While heart disease is claiming the most fruitful years of life in Australian adults, asthma is stealing the most away from our children, a new health report has revealed today.

The AIHW Australian Burden of Disease Study 2015 analyses the impact of disease and injuries on Australians and has been released at the Public Health Prevention Conference in Melbourne.

It reveals asthma is having the most impact on children aged 5 to 14 years old and has crept up into tenth place as a leading health condition taking good years off Australian lives.

While more sensible investments into care and treatments for heart disease continue, asthma in comparison is poorly funded.

Its parents like Mandy and Jonathan Betts who bear the brunt of this reality and the human cost.

Mandy holding Harry's hand

Mandy and Jonathan are parents to eight-year old Harrison (Harry), who has life-threatening asthma, and his six year old brother, Oliver.

They are all too familiar with the seriousness of asthma and are sending a plea to governments to do more to help.

“There needs to be more effort to find a cure and provide more widespread support services in Australia,” Mrs Betts said.

Harry endured an emergency helicopter flight to hospital this year, adding to a national tally of more than 17,000 children hospitalised by asthma each year.

The respiratory condition which causes the airways to narrow and become inflamed, leaves sufferers distressingly breathless and is fatal in severe cases.

Asthma now affects 11.2% of Australians, with the burden of asthma higher in Australia compared to other OECD countries, countries that are considered most comparable to Australia.

And it’s racking up quite the bill costing more than $770M a year to annual Disease Expenditure and causing a large number of avoidable hospitalisations.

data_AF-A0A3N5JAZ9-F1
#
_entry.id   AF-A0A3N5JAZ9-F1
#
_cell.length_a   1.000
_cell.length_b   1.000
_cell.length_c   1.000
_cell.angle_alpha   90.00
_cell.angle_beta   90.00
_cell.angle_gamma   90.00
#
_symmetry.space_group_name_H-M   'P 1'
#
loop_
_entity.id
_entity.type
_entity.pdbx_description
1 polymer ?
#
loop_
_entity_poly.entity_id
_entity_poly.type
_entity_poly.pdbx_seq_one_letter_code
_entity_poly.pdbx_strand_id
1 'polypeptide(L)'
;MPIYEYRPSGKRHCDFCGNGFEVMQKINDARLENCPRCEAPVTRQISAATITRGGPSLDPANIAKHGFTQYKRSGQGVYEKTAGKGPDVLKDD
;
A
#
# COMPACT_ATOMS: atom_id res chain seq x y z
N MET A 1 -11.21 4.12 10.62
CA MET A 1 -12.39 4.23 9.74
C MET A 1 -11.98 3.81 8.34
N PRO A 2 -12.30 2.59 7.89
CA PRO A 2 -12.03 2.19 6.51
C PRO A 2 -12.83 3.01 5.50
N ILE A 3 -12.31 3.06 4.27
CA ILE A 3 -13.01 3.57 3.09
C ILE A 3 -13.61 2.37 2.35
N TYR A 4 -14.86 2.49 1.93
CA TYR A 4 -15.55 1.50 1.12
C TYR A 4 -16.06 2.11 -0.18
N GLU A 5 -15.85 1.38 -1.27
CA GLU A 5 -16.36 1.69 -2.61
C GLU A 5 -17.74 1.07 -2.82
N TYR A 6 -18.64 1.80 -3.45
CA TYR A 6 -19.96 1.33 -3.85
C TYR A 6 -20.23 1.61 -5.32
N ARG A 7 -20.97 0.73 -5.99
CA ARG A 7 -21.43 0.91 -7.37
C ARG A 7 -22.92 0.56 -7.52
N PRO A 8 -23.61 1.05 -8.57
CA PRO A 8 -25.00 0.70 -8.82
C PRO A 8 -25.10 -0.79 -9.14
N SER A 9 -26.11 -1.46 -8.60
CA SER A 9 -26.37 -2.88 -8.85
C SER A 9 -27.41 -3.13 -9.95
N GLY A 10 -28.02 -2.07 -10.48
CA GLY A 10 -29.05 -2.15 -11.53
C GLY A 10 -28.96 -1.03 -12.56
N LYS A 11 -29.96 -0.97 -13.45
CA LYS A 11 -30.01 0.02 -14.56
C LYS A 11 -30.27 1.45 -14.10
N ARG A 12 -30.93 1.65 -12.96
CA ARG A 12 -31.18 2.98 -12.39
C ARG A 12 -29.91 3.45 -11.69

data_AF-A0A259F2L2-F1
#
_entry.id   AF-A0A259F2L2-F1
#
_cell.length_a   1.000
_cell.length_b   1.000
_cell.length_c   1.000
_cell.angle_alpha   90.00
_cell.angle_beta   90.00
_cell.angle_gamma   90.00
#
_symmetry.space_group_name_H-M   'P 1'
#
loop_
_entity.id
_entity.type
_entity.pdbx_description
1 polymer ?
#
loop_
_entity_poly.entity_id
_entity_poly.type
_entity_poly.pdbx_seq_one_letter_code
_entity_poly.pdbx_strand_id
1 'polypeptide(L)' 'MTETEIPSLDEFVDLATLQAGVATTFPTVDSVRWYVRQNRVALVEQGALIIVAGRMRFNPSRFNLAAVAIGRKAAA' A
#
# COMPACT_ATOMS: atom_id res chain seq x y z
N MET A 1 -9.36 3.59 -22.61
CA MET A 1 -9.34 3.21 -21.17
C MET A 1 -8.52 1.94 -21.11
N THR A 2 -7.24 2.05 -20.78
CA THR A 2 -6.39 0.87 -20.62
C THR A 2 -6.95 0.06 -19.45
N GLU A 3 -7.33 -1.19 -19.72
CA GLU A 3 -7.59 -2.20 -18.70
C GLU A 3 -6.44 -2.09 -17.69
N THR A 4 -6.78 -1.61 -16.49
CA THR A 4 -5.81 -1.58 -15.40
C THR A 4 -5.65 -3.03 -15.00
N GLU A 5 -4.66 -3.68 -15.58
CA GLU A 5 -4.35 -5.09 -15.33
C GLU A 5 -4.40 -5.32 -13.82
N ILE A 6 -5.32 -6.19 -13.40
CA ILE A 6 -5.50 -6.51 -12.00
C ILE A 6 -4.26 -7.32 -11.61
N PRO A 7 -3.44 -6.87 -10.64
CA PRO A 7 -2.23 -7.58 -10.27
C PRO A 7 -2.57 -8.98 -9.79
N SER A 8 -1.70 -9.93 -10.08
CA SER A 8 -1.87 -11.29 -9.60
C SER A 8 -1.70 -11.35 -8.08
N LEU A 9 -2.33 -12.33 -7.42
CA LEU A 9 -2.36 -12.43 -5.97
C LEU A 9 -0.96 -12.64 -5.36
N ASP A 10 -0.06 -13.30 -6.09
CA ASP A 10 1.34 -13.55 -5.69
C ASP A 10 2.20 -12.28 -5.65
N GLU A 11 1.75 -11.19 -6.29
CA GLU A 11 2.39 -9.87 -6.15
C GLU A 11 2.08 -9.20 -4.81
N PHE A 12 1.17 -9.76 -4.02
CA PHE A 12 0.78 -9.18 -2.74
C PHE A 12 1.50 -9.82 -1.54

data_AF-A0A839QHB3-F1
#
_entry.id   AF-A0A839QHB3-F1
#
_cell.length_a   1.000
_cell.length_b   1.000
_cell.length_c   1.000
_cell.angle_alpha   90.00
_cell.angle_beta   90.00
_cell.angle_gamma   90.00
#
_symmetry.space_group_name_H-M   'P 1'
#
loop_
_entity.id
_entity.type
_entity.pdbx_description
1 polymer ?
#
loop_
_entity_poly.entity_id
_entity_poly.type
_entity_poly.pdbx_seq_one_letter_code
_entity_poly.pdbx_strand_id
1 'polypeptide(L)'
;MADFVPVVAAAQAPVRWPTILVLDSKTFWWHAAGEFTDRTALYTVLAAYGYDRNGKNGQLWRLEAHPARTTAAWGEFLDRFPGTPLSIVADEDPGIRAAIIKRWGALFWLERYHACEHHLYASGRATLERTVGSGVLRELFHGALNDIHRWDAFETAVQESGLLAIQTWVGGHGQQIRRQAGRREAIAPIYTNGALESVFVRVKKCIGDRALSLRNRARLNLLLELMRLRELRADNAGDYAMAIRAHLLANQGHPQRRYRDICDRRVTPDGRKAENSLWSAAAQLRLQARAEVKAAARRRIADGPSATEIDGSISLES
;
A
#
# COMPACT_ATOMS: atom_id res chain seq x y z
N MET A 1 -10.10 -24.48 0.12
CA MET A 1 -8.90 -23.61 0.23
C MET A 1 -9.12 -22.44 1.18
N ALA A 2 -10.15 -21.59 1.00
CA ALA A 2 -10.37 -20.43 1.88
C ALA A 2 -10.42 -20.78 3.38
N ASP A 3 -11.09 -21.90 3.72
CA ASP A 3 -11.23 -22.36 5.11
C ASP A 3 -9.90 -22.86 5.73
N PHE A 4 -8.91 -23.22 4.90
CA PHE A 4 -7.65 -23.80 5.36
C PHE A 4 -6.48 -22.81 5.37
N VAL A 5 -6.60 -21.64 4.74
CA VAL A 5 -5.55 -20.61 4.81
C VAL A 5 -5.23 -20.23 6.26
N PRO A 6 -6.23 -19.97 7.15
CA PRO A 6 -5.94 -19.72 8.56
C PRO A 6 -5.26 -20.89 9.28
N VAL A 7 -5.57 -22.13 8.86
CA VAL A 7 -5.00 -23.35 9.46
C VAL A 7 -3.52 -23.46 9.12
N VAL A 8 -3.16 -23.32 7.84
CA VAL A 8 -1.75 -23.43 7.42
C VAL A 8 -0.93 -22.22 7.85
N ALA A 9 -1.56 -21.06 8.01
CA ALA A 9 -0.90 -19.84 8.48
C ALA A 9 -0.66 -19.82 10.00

Asthma Australia CEO Michele Goldman says we could look at more effective investment strategies that focused on preventative health measures.

“The impact of asthma is more than hospital costs, it’s about Australian kids missing out on growing up. It’s about kids missing out on school, whole families being unable to plan or commit to activities or holidays, things we can take for granted.”

“We know that with the right mix of patient education, support and medication, we can help reduce this impact.”

Ms Goldman said asthma is not getting the attention it requires but hoped this report would help change that.

“Asthma has been a massive underlying health issue facing Australians for many years.  Death rates and hospitalisations have stagnated, nothing is improving. Our whole approach to this illness needs to shift, both in the medical system and in our communities.”

Mandy Betts said when Harry was young, she found it difficult to get consistent medical care raising concerns with how the medical system understood this illness.

“We were bouncing between hospitals and doctors, no one was helping us. Harry was so unwell, he was only four at the time.”

Mrs Betts said she called Asthma Australia in a state of absolute desperation.

“Asthma Australia changed everything for us. They went over and above to get us the advice and medical help we so desperately needed at that time,” Ms Betts said.

She said there is so much more that needed to advance for asthma, not just medically but in schools, sports clubs and the general community’s understanding of the crippling nature of asthma.

“Harry is a strong kid in all respects, but asthma is a real issue. I hope we (as nation) can do better,” Mrs Betts said.

People can make a tax deductible donation to Asthma Australia’s research and support services by visiting their website. If people are struggling with their asthma, they can call Asthma Australia’s free and confidential 1800 ASTHMA service on 1800 278 462 to speak to an Asthma Educator today.